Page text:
Brandon scientist releases ‘Odd’ novel
BRANDON — A research professor in Brandon has taken a skill he developed as a scientist and used it to pivot into writing works of fiction. Gary Meffe is releasing a book that captures the feel of life in rural Vermont so well you would think he was a lifelong Vermonter.
“I learned concise writing as a scientist and I feel I came in with good basic tools based on 30 years of writing professionally,” Meffe said. “I had never really dreamed of being a novelist, but I realized long ago that I do like writing.”
The New Jersey native said he was looking through a bookshelf one day and saw the title The Wizard of Odd, but when he looked again, there was no book on the shelf with that title.
“It kind of stuck with me and for six months I just thought about that title,” Meffe said. “So all I had was the title, which is a crazy way to write a novel.”
His book revolves around the fictional town of Oddertown, Vermont and the cast of characters that work to save the local general store.
“I was trying to capture small town Vermont, because it captured me,” the 64-year-old author said. “One of the very real problems you see around the state is that these general stores are closing down, after decades of business.”
Using that as the crux for the problems in the book, Meffe began to develop the plot. The easy part was actually typing the words, he said.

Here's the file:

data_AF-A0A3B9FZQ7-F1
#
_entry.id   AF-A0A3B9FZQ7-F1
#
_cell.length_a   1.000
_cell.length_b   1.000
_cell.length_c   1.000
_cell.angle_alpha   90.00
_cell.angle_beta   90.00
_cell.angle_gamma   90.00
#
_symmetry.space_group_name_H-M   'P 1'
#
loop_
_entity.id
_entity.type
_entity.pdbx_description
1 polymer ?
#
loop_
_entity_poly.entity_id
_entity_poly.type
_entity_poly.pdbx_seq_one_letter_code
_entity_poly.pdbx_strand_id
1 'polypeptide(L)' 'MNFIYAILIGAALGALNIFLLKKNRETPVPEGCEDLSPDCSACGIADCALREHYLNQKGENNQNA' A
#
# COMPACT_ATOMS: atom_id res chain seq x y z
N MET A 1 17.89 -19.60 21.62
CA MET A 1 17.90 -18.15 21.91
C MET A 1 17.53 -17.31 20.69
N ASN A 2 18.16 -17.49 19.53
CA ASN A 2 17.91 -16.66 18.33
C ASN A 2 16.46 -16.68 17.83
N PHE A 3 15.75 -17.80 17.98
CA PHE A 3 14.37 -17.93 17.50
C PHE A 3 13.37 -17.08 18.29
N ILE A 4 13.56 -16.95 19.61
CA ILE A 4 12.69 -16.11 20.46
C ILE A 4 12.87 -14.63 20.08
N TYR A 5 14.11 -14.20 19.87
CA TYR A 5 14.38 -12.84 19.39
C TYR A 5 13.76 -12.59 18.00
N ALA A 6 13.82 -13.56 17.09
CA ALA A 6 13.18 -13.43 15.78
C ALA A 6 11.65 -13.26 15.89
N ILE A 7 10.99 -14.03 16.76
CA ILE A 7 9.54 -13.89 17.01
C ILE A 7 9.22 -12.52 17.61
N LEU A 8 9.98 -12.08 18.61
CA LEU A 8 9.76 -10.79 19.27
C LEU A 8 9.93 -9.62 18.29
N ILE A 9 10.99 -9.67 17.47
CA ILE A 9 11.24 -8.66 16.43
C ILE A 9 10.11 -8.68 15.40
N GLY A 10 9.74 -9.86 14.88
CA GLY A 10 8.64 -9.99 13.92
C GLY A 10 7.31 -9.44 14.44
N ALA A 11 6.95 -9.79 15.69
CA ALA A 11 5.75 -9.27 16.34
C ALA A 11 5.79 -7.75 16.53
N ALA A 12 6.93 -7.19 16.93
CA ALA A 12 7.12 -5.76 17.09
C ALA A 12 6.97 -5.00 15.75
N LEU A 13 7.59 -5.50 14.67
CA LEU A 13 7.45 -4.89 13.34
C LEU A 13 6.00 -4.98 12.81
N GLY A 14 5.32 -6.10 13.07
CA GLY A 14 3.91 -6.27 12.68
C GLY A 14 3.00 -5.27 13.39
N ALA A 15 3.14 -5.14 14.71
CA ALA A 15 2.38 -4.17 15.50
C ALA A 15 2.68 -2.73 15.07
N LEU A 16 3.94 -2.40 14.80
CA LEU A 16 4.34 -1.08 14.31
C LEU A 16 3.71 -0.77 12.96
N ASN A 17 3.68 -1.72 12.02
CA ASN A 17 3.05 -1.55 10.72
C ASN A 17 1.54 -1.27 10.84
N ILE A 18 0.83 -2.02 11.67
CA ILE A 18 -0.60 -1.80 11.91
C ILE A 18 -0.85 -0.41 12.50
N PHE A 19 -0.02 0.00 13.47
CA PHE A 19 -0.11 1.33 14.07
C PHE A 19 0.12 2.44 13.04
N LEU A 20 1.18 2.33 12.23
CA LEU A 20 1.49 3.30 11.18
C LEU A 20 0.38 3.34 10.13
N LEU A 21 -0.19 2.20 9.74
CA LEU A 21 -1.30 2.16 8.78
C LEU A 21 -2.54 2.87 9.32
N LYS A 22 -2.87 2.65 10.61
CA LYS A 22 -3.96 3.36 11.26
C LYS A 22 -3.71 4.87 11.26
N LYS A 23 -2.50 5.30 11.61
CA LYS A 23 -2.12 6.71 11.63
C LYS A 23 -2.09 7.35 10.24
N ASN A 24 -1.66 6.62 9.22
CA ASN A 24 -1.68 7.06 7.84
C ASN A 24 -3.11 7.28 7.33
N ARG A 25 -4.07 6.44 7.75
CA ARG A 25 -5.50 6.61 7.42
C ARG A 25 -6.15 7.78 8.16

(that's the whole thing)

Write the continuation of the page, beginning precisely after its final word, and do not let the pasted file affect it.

“The toughest part for me was taking off the scientific shackles,” the former ecology and conservation biology professor said. “It was getting out of fact-based logic and letting my mind expand and run free.”
Meffe said he saw the plot as what “could be” instead of “what is,” which is how he would look at the scientific articles he used to write.
The author (pictured, right), who’s literary heroes are mostly scientists such as Charles Darwin, is also a fan of fiction writers like Harper Lee and Howard Frank Mosher, a well-known Vermont author who wrote several novels set in small towns in the Northeast Kingdom.
“I certainly have been influenced by his work,” Meffe said. “He really captured hardscrabble Vermont and its people.”
Although he got a doctorate from Arizona State University and spent many years teaching at the universities of Florida and Georgia, he has lived with his wife in Brandon for 12 years now. He drew inspiration for many of the characters from people he has met.
“The characters are a mix of people from here and elsewhere,” he said. “You can’t help but be influenced by people if you’re paying attention.”
Some days the author would be out walking or driving when inspiration would strike and he would hurry home where he would race through the house to his office and grab his laptop, frantic to get the thought down before it left him.
“Sometimes my wife would say something and a plot point would hit me,” Meffe said, “and I’d tell her ‘No, stop,’ and I’d grab my notepad and write it down.”
It took him about a year and a half to complete the book. He launched the book at Brandon’s Book and Leaf last month.
Though this book is just being released, Meffe is not content to sit around.
“I have several books in mind,” he said. “I don’t think I’m done writing just yet.”
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